Nobel Lecture by David H. Hubel (1981), computational principles of vision.

See on Scoop.itBiobit: Computational Neuroscience & Biocomputation

Nobelprize.org, The Official Web Site of the Nobel Prize

Nima Dehghani‘s insight:

David Hubel passed few days ago. This lecture is interesting (specially the 1981 slideshow vs powerpoint) and so is the conversation (2011, Nobel laureates David Hubel and Torsten Wiesel discussed their early explorations of the visual cortex)

http://mcgovern.mit.edu/news/videos/early-explorations-of-the-visual-cortex/

His passing prompted me to look at their original articles which amassed ~11000 citations :

 

Hubel, D. H. & T. N. Wiesel, Receptive Fields Of Single Neurones In The Cat’s Striate Cortex, Journal of Physiology, (1959) 148, 574-591.http://www.ncbi.nlm.nih.gov/pmc/articles/PMC1363130/pdf/jphysiol01298-0128.pdfHubel, D. H. & T. N. Wiesel. Receptive Fields, Binocular Interaction And Functional Architecture In The Cat’s Visual Cortex, Journal of Physiology, (1962), 160, pp. 106–154,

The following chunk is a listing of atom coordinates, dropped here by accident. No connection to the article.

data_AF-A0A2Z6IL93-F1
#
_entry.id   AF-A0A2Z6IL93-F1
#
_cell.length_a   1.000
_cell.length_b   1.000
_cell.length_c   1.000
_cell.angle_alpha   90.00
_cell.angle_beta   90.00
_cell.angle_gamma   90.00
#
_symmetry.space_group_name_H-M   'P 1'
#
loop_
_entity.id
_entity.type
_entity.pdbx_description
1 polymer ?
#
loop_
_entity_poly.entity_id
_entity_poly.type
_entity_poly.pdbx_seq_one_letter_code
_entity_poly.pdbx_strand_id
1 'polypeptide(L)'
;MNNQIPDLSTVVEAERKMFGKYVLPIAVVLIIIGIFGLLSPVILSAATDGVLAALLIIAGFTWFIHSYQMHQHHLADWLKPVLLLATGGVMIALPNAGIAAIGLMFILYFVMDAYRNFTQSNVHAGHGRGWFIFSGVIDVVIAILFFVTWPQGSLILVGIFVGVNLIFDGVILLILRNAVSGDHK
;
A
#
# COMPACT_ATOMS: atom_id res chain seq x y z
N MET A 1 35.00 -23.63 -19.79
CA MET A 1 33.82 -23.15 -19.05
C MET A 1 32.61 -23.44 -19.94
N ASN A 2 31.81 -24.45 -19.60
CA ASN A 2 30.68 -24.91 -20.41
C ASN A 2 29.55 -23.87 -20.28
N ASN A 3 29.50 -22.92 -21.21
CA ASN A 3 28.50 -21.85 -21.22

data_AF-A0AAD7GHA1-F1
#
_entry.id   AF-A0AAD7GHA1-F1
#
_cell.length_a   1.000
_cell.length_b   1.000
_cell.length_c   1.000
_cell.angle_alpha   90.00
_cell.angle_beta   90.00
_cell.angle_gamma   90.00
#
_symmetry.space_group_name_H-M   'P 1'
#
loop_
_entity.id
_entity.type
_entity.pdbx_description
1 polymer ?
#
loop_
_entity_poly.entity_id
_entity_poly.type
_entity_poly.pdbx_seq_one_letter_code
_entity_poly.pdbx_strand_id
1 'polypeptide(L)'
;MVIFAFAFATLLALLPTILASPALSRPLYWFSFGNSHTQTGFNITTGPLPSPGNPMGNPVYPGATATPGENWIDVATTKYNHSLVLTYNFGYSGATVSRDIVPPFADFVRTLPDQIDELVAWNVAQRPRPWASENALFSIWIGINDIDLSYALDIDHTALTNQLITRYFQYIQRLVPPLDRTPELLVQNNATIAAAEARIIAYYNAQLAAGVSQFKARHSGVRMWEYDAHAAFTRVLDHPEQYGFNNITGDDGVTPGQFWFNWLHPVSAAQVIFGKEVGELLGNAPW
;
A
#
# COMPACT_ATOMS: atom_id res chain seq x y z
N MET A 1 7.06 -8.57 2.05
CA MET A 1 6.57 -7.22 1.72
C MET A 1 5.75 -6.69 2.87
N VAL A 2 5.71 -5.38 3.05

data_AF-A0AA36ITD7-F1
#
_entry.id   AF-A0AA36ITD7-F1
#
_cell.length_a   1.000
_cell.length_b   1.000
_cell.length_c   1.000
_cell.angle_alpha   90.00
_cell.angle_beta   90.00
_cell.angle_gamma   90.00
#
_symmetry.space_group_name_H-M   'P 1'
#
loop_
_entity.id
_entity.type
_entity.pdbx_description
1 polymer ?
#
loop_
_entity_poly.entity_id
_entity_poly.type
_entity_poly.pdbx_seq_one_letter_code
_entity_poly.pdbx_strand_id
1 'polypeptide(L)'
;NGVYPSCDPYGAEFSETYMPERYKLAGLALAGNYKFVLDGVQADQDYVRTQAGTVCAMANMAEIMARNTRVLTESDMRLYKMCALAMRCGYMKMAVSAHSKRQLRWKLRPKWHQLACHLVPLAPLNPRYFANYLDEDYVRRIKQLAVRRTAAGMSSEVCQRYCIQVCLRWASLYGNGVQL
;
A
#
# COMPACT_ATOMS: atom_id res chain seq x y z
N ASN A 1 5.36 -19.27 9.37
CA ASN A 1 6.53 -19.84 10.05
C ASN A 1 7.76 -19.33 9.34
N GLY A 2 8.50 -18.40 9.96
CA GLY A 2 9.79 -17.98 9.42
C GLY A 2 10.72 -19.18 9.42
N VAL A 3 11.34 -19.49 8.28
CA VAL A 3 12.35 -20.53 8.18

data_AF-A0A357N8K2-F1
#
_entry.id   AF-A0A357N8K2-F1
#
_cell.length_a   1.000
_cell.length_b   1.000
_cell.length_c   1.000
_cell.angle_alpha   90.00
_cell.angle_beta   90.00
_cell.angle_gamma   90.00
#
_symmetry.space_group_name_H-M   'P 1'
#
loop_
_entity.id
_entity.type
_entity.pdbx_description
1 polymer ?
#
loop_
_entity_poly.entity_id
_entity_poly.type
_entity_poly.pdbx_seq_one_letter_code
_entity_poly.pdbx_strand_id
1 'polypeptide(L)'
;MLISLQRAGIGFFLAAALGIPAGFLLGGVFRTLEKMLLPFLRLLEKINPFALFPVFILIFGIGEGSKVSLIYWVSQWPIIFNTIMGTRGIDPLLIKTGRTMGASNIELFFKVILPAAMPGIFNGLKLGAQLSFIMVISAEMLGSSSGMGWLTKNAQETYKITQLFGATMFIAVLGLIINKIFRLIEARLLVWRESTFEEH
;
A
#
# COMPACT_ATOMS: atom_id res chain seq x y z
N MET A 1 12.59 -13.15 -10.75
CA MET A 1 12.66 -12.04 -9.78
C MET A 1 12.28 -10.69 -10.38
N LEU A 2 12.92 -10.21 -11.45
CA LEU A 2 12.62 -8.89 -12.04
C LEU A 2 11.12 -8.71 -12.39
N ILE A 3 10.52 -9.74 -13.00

http://www.ncbi.nlm.nih.gov/pmc/articles/PMC1359523/pdf/jphysiol01247-0121.pdf

 

What a pity that it is no longer customary to write well-described lengthy articles. It is as if, becase there is too much information, scientists do not have the bandwith to deal with hardcore single papers that bring along a body of knowledge and provide the vision behind the work. Perhaps the invention of impact factor (implemented around 1975), along with valuing quantity of published papers (instead of their real quality) has detrimentally damaged the value system. 

See on www.nobelprize.org

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